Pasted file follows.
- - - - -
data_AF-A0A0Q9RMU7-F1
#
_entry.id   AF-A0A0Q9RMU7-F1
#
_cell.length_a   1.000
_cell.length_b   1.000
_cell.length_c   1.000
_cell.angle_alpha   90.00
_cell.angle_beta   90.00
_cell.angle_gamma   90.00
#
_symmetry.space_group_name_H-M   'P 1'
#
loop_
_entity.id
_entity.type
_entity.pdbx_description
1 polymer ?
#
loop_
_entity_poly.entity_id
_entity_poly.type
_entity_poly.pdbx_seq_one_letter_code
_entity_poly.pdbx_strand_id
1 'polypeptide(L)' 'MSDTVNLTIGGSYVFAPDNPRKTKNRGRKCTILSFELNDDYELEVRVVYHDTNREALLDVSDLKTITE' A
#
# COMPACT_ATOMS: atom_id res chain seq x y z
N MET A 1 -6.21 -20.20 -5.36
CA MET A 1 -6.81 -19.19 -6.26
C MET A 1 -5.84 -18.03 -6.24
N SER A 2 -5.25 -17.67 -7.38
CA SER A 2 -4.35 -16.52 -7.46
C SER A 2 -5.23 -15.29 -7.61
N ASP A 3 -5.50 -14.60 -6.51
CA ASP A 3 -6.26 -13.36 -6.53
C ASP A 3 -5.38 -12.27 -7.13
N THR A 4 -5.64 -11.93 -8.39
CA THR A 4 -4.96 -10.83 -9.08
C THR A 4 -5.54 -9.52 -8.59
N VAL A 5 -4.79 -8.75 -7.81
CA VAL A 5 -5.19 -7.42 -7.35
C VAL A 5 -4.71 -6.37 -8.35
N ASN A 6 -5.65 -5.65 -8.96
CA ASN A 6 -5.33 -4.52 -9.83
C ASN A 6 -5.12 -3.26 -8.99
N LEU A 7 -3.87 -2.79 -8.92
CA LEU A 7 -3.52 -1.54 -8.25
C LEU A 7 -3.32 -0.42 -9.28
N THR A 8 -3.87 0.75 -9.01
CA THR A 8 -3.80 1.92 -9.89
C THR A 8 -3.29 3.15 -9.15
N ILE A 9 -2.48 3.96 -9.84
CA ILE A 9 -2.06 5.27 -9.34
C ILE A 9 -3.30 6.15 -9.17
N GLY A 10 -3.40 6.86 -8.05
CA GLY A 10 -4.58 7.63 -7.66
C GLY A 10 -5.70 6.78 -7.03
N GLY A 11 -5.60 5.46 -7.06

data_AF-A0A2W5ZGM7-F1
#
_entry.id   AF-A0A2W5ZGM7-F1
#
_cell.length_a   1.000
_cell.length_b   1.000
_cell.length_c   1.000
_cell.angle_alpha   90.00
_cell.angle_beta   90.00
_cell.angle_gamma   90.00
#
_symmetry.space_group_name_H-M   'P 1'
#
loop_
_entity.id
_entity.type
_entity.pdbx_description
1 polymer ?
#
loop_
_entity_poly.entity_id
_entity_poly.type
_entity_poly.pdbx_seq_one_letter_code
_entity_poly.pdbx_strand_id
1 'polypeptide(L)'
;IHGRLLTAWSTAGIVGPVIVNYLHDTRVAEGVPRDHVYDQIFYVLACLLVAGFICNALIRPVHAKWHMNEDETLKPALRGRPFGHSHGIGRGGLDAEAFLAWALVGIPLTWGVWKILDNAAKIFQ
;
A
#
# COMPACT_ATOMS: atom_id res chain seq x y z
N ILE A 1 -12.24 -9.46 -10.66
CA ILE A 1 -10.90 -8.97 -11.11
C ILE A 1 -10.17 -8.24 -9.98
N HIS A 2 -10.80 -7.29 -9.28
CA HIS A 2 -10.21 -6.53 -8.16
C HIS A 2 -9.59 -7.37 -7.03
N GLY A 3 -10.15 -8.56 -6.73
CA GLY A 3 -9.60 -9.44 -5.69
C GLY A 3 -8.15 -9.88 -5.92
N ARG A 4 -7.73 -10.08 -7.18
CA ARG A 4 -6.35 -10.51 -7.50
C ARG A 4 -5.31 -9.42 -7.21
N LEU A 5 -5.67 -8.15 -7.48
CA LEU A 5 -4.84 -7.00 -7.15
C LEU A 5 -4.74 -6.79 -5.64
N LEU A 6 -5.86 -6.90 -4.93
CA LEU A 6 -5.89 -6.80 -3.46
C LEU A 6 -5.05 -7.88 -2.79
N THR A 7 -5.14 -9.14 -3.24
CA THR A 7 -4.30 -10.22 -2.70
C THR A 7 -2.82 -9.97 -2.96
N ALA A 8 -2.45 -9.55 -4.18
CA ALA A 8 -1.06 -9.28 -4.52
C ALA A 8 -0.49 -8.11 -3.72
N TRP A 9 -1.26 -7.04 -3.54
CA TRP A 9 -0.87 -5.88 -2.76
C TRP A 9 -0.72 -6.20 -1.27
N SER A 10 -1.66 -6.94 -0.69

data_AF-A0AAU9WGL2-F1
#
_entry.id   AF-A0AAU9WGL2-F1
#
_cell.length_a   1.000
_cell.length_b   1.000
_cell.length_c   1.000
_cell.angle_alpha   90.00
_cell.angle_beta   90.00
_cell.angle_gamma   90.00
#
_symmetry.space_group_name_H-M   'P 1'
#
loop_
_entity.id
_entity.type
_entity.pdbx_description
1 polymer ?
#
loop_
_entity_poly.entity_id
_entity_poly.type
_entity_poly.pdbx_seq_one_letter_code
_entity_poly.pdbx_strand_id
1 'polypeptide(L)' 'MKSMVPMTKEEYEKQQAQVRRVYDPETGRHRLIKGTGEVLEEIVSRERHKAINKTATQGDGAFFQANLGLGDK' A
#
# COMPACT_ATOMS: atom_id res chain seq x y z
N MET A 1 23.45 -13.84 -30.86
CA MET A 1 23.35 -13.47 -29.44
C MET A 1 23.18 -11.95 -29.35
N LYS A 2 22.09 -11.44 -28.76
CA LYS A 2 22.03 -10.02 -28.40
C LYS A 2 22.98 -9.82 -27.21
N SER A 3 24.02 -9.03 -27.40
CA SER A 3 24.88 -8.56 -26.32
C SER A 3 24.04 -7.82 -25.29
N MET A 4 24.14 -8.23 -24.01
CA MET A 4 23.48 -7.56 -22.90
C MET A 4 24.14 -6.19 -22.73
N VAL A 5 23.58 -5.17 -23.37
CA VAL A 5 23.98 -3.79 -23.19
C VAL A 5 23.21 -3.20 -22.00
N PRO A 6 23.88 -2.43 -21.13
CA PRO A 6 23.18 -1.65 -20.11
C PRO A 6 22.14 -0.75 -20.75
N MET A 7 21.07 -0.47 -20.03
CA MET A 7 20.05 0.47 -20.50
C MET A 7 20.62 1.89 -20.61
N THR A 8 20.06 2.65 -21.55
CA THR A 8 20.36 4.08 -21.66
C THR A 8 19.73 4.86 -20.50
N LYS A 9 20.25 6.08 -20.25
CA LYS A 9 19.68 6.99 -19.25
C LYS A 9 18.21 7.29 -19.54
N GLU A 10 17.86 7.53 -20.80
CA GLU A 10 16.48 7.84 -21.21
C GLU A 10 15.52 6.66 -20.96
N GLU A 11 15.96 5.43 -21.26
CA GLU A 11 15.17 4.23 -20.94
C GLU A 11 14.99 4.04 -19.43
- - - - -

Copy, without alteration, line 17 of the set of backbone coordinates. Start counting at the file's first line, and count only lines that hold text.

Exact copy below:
_entity.pdbx_description